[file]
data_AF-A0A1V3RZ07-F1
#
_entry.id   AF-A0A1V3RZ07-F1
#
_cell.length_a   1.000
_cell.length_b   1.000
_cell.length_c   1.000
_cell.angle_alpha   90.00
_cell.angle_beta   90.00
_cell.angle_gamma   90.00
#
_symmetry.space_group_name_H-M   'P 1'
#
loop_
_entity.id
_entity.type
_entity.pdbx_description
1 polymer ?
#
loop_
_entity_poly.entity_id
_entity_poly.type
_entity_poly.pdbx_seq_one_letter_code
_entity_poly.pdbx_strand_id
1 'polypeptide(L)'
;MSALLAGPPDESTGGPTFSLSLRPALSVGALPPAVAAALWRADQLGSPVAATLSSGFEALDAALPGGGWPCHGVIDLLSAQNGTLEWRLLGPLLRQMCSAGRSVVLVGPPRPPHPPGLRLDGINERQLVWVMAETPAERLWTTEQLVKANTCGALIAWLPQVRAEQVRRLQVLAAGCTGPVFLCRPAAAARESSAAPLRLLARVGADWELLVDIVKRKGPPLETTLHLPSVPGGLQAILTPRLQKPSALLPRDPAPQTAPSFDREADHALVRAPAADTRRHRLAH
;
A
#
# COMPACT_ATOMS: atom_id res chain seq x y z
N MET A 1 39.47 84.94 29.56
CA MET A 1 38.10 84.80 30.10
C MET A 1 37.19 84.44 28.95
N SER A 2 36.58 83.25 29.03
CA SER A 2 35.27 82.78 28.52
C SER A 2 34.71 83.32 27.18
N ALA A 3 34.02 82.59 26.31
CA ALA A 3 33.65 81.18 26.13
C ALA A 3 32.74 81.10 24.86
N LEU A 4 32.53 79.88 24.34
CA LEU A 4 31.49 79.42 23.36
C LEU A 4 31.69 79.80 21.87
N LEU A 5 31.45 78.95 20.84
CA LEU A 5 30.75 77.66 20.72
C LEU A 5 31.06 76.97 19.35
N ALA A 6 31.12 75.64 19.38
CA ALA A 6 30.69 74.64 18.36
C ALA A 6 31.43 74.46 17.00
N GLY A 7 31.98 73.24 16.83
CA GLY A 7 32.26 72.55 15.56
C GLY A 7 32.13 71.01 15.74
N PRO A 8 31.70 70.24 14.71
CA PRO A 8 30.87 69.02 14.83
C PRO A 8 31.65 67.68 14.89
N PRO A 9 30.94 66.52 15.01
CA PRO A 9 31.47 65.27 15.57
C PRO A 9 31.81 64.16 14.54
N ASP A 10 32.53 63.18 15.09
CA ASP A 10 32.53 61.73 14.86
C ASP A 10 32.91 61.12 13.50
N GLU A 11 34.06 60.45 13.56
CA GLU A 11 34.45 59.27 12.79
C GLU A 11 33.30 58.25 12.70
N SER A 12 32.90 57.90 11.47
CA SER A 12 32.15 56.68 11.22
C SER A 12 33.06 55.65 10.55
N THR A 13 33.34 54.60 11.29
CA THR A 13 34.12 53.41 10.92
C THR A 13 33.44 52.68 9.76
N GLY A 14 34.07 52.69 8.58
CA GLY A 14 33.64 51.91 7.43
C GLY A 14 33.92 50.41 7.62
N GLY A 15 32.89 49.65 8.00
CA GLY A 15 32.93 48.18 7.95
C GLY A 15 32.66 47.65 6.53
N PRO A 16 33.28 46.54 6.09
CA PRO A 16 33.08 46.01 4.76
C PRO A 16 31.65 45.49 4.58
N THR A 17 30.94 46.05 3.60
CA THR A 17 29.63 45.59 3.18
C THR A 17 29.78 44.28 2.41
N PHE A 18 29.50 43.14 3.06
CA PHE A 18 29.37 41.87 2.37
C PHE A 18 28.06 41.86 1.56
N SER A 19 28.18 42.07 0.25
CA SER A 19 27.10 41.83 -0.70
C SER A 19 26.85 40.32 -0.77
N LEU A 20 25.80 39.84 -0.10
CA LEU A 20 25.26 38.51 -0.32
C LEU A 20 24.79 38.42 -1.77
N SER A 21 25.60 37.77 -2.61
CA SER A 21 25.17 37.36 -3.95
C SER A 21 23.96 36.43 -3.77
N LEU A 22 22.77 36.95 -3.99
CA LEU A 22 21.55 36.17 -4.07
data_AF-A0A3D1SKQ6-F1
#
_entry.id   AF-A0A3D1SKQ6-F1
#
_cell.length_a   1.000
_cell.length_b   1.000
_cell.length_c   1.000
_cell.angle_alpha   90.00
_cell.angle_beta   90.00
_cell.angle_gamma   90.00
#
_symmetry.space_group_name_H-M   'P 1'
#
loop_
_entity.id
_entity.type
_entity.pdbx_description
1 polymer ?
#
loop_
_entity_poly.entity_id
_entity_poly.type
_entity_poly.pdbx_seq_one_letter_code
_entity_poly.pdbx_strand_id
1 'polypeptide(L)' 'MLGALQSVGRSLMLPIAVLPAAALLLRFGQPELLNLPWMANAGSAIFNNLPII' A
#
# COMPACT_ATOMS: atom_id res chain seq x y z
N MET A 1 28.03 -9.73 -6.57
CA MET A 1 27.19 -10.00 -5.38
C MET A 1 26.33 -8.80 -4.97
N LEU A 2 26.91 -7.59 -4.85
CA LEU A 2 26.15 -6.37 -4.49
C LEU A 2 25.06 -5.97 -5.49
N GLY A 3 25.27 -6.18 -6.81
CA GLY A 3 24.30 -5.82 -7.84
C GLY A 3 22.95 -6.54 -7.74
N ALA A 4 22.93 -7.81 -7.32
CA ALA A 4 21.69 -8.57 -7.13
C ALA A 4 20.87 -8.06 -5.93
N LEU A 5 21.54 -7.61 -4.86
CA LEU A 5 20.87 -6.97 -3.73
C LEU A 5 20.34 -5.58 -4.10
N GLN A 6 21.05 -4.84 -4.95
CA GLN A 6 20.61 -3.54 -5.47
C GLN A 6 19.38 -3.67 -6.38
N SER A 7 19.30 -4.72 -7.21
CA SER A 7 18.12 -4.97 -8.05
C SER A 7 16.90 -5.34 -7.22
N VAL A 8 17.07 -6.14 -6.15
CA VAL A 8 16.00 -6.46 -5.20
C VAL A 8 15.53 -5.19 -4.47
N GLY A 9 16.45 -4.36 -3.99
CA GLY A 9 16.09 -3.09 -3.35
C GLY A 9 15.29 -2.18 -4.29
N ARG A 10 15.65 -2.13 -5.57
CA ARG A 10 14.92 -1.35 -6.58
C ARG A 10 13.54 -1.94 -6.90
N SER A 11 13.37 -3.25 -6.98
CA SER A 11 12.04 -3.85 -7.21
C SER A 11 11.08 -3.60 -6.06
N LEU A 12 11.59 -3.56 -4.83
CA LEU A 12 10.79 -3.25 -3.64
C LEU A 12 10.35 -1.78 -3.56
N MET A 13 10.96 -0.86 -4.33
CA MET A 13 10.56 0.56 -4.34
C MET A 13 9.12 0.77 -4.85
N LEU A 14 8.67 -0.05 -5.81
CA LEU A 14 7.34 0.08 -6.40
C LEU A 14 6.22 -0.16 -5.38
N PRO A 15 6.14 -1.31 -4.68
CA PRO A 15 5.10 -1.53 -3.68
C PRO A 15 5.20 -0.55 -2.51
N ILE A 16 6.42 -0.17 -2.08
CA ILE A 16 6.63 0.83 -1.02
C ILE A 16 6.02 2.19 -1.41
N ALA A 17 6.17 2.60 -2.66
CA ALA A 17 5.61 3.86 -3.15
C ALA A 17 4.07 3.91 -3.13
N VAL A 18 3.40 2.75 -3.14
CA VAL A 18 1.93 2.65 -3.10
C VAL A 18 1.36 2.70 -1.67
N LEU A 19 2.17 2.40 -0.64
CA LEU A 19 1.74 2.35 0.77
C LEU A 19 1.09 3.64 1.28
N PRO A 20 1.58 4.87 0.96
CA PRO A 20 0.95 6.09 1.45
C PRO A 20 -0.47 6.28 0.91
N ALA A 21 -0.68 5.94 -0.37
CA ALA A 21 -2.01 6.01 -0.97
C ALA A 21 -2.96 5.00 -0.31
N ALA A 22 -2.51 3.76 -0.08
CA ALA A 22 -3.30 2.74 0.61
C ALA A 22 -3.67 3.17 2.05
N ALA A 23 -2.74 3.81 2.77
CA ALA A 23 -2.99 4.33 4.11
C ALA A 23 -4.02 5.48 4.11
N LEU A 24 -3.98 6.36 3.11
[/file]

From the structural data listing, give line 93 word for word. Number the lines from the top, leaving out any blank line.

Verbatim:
C SER A 21 23.96 36.43 -3.77